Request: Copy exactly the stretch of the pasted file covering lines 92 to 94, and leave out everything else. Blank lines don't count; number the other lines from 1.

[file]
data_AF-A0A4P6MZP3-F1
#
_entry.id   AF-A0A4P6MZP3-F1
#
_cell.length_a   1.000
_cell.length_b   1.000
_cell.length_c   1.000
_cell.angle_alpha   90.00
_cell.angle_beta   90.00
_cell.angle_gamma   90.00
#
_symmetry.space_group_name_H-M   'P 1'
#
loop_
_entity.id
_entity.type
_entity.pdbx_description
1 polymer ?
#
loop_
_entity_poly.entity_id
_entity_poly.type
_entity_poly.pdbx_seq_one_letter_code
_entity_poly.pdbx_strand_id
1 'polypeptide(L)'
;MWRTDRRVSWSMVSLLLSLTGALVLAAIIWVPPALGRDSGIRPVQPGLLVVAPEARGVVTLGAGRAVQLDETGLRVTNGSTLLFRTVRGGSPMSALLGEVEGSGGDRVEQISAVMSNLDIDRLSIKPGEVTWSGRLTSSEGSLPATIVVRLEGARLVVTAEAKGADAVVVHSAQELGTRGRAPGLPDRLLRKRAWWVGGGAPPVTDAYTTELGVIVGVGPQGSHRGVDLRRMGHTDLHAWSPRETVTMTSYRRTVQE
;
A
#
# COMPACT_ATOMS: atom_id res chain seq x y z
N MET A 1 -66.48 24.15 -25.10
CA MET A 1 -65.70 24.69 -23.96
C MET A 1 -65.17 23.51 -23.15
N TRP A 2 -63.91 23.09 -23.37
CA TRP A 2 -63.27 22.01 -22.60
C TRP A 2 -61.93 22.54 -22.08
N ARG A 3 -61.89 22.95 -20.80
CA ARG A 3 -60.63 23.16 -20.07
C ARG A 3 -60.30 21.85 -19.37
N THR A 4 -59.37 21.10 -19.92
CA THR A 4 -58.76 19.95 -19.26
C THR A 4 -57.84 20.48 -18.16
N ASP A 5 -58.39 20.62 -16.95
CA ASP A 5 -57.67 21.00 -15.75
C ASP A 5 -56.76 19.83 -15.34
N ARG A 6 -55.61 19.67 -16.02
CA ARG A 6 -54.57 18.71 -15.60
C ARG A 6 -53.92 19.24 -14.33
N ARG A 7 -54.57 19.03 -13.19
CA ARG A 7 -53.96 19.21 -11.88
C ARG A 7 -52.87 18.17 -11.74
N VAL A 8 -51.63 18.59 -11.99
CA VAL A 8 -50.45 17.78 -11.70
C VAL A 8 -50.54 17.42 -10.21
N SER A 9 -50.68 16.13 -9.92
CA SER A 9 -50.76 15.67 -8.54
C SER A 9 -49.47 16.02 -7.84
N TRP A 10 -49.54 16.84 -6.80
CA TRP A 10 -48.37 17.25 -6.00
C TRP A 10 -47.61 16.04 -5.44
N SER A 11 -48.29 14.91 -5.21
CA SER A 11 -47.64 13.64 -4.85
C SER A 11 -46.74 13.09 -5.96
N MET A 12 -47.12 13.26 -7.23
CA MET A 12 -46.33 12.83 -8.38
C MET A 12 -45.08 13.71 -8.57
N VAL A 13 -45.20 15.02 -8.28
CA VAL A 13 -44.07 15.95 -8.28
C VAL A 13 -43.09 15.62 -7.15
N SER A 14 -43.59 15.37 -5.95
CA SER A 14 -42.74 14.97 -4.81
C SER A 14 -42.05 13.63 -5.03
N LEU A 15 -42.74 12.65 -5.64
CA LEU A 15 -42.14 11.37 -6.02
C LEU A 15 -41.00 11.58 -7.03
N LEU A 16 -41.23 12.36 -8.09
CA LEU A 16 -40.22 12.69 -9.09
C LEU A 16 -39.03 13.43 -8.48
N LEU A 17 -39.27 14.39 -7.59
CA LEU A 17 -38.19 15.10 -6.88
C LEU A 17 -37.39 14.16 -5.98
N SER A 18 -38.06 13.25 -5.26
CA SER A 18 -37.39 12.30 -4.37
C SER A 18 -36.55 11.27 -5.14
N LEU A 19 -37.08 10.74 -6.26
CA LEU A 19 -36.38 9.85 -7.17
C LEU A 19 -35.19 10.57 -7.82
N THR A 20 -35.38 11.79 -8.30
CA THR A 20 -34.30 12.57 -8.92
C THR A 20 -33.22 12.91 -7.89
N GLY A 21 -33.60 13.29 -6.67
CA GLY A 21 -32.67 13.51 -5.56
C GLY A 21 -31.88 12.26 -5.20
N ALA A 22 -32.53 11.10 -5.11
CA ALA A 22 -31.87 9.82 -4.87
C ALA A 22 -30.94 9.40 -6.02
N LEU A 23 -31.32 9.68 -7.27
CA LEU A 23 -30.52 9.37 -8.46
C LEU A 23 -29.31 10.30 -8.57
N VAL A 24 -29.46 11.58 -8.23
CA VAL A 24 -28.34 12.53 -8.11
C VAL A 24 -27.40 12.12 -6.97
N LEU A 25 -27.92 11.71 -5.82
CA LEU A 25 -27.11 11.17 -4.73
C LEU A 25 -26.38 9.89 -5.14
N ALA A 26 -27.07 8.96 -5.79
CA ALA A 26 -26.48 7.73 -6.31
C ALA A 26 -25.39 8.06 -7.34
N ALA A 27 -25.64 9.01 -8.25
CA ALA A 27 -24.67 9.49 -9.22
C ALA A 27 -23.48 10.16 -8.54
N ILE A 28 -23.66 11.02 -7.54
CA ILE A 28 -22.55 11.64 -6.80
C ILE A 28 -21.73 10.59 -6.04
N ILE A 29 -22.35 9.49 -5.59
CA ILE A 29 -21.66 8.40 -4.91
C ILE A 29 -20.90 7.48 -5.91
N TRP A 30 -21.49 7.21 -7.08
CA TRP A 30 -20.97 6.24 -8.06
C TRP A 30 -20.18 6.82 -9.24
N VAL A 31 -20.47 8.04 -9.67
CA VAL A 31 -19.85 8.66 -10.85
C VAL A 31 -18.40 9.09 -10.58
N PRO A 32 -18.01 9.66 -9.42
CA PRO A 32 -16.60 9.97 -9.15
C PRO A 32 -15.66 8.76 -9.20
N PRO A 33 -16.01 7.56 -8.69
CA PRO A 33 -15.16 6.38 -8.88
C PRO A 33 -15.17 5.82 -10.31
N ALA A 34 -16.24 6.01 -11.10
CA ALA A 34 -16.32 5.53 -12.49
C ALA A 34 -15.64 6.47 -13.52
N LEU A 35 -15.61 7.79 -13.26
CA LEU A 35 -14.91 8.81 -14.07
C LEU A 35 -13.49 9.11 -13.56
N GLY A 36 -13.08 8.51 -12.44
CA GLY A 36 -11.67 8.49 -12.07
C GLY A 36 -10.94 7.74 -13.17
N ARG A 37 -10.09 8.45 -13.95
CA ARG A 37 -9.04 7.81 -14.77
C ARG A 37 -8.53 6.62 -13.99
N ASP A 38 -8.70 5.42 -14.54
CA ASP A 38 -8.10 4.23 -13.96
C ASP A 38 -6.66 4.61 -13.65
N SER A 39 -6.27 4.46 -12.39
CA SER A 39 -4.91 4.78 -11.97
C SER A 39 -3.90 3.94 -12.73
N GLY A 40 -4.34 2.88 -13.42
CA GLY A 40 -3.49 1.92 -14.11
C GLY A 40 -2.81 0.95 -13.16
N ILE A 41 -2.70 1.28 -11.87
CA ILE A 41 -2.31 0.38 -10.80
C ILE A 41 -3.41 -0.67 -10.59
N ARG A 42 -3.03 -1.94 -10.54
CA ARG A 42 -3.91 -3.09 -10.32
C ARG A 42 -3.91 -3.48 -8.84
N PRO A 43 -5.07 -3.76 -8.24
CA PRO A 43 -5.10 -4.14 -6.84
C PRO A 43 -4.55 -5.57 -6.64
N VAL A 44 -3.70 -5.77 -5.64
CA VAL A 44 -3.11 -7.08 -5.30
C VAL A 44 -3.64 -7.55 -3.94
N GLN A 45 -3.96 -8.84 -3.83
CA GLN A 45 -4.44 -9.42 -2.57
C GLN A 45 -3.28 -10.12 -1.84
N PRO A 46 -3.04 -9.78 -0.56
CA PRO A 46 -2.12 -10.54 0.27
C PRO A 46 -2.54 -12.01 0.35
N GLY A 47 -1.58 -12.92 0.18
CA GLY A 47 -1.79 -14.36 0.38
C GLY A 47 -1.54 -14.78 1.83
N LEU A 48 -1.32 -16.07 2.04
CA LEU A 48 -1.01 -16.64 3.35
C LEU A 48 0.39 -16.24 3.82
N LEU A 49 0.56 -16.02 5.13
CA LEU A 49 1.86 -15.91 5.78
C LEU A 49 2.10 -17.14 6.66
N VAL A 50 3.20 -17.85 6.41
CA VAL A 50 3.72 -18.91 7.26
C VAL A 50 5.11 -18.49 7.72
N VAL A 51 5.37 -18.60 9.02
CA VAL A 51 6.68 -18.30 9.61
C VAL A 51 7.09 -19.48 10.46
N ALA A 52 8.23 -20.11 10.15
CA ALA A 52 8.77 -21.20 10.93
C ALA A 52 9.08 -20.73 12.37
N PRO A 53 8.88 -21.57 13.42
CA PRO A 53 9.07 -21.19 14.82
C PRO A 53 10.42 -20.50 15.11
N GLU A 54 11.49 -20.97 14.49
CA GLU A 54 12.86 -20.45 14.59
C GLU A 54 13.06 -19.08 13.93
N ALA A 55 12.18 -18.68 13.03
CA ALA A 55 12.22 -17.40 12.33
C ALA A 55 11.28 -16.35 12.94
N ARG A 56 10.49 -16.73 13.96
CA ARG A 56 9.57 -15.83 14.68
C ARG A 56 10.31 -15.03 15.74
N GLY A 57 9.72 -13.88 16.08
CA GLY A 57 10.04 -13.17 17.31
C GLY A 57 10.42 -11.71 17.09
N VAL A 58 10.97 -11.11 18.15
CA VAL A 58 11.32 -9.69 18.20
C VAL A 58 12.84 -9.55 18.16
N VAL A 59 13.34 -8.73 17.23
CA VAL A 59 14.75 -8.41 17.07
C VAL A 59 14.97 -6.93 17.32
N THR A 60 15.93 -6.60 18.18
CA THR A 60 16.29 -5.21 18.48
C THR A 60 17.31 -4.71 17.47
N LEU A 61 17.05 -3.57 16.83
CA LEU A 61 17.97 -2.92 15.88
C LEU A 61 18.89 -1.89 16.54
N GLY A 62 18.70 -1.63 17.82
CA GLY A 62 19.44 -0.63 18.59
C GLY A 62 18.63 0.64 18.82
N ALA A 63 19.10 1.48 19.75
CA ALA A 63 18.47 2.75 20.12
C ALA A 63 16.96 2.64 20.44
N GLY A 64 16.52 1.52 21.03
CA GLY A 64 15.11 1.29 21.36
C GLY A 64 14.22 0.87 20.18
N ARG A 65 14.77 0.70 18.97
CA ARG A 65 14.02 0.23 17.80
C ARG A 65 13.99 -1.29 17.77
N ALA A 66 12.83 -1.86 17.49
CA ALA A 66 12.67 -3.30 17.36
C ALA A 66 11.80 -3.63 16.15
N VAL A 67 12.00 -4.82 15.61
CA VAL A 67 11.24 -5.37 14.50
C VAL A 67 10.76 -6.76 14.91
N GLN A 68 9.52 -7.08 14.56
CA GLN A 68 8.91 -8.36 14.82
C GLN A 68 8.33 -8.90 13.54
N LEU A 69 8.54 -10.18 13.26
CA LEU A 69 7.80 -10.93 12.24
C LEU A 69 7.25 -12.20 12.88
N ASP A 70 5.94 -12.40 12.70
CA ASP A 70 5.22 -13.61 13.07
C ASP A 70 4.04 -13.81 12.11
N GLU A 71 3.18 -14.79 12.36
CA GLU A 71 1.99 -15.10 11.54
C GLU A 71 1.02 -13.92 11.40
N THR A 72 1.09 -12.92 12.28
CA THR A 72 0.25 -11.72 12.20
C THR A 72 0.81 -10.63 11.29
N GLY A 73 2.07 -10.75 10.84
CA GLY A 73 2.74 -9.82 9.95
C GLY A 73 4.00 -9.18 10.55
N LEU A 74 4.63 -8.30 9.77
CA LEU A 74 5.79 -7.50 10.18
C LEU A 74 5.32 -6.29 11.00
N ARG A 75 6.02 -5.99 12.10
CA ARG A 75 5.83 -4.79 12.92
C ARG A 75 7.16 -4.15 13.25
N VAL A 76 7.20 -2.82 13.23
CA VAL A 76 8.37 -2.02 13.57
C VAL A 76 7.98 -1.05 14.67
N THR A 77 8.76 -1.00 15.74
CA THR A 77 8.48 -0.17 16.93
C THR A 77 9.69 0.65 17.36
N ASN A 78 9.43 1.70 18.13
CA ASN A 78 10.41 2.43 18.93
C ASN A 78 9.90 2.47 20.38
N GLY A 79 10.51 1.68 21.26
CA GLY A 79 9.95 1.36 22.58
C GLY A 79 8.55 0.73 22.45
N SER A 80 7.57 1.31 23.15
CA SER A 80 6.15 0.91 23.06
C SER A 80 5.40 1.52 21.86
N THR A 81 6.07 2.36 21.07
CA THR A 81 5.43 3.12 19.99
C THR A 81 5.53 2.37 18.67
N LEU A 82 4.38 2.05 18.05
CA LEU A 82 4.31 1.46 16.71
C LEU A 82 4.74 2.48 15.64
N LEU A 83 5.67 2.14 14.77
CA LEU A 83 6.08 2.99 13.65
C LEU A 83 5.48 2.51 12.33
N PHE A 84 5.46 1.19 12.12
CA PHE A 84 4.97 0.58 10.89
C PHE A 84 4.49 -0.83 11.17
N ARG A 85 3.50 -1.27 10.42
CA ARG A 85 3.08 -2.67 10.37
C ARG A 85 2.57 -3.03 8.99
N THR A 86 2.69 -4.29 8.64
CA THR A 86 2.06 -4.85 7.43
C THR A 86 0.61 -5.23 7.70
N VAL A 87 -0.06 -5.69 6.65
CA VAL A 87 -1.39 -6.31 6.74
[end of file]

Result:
CA GLY A 21 -32.67 13.51 -5.56
C GLY A 21 -31.88 12.26 -5.20
N ALA A 22 -32.53 11.10 -5.11